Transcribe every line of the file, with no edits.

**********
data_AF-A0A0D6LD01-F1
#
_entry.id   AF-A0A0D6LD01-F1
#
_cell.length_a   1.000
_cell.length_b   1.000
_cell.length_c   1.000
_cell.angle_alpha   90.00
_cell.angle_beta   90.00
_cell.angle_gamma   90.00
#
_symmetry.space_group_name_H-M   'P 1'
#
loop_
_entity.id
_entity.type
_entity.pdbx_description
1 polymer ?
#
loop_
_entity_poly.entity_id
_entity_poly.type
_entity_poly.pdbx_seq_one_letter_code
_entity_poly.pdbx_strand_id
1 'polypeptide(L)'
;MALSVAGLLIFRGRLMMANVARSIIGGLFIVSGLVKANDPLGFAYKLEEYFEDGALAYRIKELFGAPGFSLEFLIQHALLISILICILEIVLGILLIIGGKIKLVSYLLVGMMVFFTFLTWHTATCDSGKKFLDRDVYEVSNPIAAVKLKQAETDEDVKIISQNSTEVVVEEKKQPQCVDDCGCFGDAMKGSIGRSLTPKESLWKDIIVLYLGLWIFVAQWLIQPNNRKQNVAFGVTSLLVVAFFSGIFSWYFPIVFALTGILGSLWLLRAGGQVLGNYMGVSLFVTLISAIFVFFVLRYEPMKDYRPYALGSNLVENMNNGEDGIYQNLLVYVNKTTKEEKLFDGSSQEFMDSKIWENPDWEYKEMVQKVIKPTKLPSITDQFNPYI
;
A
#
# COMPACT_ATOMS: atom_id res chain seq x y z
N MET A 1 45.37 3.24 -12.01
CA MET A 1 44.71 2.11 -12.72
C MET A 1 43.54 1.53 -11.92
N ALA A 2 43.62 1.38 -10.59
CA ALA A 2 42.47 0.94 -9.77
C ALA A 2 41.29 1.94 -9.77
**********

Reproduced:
data_AF-A0A0D6LD01-F1
#
_entry.id   AF-A0A0D6LD01-F1
#
_cell.length_a   1.000
_cell.length_b   1.000
_cell.length_c   1.000
_cell.angle_alpha   90.00
_cell.angle_beta   90.00
_cell.angle_gamma   90.00
#
_symmetry.space_group_name_H-M   'P 1'
#
loop_
_entity.id
_entity.type
_entity.pdbx_description
1 polymer ?
#
loop_
_entity_poly.entity_id
_entity_poly.type
_entity_poly.pdbx_seq_one_letter_code
_entity_poly.pdbx_strand_id
1 'polypeptide(L)'
;MALSVAGLLIFRGRLMMANVARSIIGGLFIVSGLVKANDPLGFAYKLEEYFEDGALAYRIKELFGAPGFSLEFLIQHALLISILICILEIVLGILLIIGGKIKLVSYLLVGMMVFFTFLTWHTATCDSGKKFLDRDVYEVSNPIAAVKLKQAETDEDVKIISQNSTEVVVEEKKQPQCVDDCGCFGDAMKGSIGRSLTPKESLWKDIIVLYLGLWIFVAQWLIQPNNRKQNVAFGVTSLLVVAFFSGIFSWYFPIVFALTGILGSLWLLRAGGQVLGNYMGVSLFVTLISAIFVFFVLRYEPMKDYRPYALGSNLVENMNNGEDGIYQNLLVYVNKTTKEEKLFDGSSQEFMDSKIWENPDWEYKEMVQKVIKPTKLPSITDQFNPYI
;
A
#
# COMPACT_ATOMS: atom_id res chain seq x y z
N MET A 1 45.37 3.24 -12.01
CA MET A 1 44.71 2.11 -12.72
C MET A 1 43.54 1.53 -11.92
N ALA A 2 43.62 1.38 -10.59
CA ALA A 2 42.47 0.94 -9.77
C ALA A 2 41.29 1.94 -9.77